Car hire - cautionary tale

A few months ago I hired a car in Germany for ten days through BA on what seemed like quite a good deal (beware of ‘good deals’) as an extra with our tickets.  BA offered 50% off what would have been a reasonably standard price, with CDW, TP, local tax unlimited mileage all thrown in.  I compared this with what I had been able to source myself through Europcar as usual and choosing my own insurances and recovery options through my normal providers, and the BA option seemed slightly better (my first mistake).

All went well, Avis supplied a reasonable car for the four of us and agreed it was in good nick when we returned it.  No claims required.

A week later there arrived an invoice from Avis for an extra 293 euros.  The hire price was not the same as previously agreed by them with BA and the BA voucher did not fully cover it, so I had to pay the difference and also an extra admin fee of more than a hundred euros. Ouch.

I’ve been in phone and email correspondence with the polite but unhelpful “Customer Relations Executive” at BA for the last month with no luck, effectively receiving the brush off each time, even though according to my legal advice the documents they supplied me were perfectly clear, while in reality they actually misled me (LIED).  There is no way they are going to admit this, despite it being in plain print, and their legal team would run rings around anything I might find or could afford.  So I don’t expect any redress.

Moral: Organise one’s own car hire as basic vehicle only and be prepared to pay for mileage - do NOT take CDW, TP, Recovery, Excess, or extras of any kind through the hire company.

Take along unambiguous documentation explicitly to cover the class of car for the areas of the world to be visited.  And take along one’s own sat nav; I refused Avis’ generous offer at only 15 euros a day!  I can buy a sat nav for that.

Arrange all these oneself through one’s normal providers - back in March these would have cost me an extra 56.  My total car hire cost arranged by myself back then would have come to 210 euros.  In total, Avis charged 664 euros of which BA only paid 371.

So now the gloves are off, and I’m also contacting Which and Rip-off Britain with this cautionary tale, relevant since they have been covering similar cases recently.  I doubt anything will happen as a result, but I’ll feel better.


Hi Richard.  Thanks for the warning and good luck with your pursuit of justice!


Sorry to hear about your story.

How about a) going to the Citizens Advice Bureau? I think they have a duty solicitor who might at least give you an opinion on your case? He can also help you by explaining the process of making a claim, although they won’t do it for you. (see also web link below)

Then b) writing to BA and stating your case and giving them the chance to settle it. State that unless they refund you in full, you will bring a case for misrepresentation to the County Court. End your letter by stating that “This letter fulfills all the requirements of pre-action protocol.” Give them a couple of weeks.

c) If they do not refund you and you feel you have a case, ask for an application form for your local County Court, complete and return it with the fee (about £250 last time I looked). Claim your loss and the fee. The County Court will list it for the small claims track as in their eyes, its a very minor claim. I doubt you will even get more than a Deputy District Judge hearing it. Its a very informal process and you don’t need representation. The judge (a barrister acting as a judge) is duty bound to help bring your case out and won’t allow any shenanigans with the other side’s solicitor. BA if they choose to defend the case, will probably send their own solicitor (an employee who already has a salary), but under the legal principle of “Equality of Arms” the judge will give you some latitude in not being a professional lawyer. He also won’t brook a load of expenses claims if you lose as for such a small claim, BA’s own legal department should be able to state their case in the small claims court.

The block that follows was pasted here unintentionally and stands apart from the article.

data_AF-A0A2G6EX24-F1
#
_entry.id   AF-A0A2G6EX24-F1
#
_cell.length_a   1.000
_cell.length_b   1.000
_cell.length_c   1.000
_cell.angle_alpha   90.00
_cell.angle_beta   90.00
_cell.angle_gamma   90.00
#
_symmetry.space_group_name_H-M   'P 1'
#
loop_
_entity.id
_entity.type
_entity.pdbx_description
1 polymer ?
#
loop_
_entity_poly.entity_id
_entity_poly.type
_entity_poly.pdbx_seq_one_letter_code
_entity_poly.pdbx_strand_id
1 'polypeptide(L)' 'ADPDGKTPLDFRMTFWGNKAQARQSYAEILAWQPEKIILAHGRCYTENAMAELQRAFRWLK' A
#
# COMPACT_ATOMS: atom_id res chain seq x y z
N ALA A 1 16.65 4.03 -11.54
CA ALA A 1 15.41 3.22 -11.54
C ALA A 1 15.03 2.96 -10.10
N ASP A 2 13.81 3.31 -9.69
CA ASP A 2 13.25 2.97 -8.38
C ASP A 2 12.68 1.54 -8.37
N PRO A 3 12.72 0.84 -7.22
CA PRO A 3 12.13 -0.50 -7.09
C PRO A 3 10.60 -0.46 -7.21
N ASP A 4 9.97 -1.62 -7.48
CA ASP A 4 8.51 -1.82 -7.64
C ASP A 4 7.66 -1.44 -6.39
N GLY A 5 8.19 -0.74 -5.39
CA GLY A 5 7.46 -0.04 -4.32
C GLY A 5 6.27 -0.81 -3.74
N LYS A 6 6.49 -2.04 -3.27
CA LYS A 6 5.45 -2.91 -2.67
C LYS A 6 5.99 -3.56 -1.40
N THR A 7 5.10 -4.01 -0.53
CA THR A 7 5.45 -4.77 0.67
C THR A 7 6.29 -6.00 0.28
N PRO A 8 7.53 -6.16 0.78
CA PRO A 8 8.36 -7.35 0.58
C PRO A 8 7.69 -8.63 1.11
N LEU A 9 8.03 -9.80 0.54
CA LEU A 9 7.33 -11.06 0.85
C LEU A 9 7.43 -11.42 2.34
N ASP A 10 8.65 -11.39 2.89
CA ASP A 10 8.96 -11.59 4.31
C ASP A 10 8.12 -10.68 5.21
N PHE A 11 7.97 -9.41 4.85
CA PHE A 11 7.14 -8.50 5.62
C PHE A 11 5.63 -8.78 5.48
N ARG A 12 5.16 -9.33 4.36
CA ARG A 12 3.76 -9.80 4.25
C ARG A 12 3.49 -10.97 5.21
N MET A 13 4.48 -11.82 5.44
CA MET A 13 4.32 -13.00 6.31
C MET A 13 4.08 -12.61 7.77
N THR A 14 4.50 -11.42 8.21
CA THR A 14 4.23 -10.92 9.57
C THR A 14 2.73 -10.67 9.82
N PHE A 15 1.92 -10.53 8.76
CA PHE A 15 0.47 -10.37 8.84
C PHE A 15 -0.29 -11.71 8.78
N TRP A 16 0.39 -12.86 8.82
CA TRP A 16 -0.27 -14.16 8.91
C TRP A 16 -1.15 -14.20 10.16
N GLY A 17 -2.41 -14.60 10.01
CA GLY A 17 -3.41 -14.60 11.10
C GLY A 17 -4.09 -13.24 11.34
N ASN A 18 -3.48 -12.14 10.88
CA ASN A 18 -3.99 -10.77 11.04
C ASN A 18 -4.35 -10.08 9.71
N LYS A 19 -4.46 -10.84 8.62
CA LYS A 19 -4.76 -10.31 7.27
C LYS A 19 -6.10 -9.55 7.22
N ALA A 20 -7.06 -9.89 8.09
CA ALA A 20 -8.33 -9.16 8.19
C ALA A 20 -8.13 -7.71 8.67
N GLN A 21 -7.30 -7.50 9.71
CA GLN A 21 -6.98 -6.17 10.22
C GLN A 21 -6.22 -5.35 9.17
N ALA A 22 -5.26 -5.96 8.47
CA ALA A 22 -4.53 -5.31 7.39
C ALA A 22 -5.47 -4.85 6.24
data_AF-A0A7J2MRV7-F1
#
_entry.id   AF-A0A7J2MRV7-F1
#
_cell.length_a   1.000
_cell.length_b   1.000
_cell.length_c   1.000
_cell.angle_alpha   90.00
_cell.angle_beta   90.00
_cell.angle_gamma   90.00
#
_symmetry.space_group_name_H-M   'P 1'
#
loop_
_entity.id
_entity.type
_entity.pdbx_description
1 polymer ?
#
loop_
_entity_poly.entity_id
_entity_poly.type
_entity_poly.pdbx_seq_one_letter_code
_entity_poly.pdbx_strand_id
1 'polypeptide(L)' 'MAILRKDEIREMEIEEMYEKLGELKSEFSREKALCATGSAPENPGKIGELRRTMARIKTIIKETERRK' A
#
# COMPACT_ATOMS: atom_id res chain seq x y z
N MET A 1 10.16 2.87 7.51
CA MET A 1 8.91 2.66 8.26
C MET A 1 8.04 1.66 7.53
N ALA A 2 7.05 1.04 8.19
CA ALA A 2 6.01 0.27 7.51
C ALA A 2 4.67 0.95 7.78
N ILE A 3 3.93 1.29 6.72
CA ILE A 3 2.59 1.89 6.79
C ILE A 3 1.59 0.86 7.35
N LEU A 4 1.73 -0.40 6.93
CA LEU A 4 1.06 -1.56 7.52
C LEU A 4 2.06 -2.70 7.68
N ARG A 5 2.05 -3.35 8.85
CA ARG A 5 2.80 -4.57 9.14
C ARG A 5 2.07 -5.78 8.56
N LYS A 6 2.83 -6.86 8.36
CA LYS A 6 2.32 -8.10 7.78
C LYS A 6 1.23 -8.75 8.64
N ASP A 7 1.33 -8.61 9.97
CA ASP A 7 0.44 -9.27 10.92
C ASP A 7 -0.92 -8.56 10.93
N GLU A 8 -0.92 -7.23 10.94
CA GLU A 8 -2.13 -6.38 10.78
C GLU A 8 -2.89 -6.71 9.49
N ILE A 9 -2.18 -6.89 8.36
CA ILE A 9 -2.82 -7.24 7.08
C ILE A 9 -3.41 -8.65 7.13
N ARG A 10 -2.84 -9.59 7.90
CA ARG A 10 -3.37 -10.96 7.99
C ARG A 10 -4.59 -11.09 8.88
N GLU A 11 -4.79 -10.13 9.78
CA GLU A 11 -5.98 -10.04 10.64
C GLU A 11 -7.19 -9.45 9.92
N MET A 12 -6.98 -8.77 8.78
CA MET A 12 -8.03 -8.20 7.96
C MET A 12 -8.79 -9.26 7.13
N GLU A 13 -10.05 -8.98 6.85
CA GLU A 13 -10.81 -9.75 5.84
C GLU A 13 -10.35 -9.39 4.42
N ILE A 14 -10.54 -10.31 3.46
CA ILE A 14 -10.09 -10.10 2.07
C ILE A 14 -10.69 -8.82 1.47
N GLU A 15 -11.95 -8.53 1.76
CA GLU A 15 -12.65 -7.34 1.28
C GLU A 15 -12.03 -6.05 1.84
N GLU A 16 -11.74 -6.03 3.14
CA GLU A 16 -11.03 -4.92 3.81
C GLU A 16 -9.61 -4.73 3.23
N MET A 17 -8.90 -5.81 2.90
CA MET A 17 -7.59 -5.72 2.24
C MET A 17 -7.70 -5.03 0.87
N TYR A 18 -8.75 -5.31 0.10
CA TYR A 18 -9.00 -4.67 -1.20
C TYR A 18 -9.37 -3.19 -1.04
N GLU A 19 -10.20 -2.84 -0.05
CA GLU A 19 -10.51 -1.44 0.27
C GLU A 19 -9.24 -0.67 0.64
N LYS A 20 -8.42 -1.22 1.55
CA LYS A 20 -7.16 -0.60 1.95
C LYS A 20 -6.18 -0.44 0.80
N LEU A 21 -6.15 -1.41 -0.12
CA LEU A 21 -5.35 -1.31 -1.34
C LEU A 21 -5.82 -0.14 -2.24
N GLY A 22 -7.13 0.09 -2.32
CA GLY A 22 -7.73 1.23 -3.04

I have done exactly this - only in my case it was an undelivered computer. And I won, even though the company refused to settle out of court.

This is from my personal experience and so does not represent professional advice. I’m afraid you have to decide your course of action.

Also Check this out


Hope that might help.

York Sarrie

Thanks both for your posts.

I’ve been in several iterations of correspondence with BA and done all the usual things short of court action.  The same name (same person? computer?) in BA comes up with slightly different replies each time, but it is effectively the brush-off saying I should look at the terms and conditions.  Except at the time of purchase they were explicit in saying that the whole cost was covered and I need not do anything more, and my paperwork from them says so. Also it was impossible to check what payment they had made to Avis, nor what Avis was going to charge.  The most recent response was after I sent them scans of their own paperwork and the Avis paperwork.  She was also verging on being rude and brusque, so I was getting under her skin a bit by being polite and pointing out simple facts.

The money is not a problem, but the principle is.  It will be interesting to see what happens with Which? and Rip-Off Britain, both of whom have covered this type of story recently. 

Any publicity will be more useful than getting my money back, mainly because I don’t want to see others being burned.

Hi Richard, sorry to read this, but your best chance is with ‘Rip off Britain’ as national publicity breaks down barriers that often legality cannot solve. National embarrassment is a prime mover.

As you appear to have settled the bill from Avis, I assume they have furnished sufficient evidence that they did advise BA of the correct price some time before you actually booked ( I would say at least thirty days).?
If not - why did you pay? Culpability has to be proved, some one is conning you.

Unfortunately, large companies have developed a new executive branch, devoted exclusively to denying responsibility, we knew that Insurance Companies did this years ago, but the policy has extended throughout any consumer industry world wide. Pay rate commensurate with rejection rate. Success aids profitability.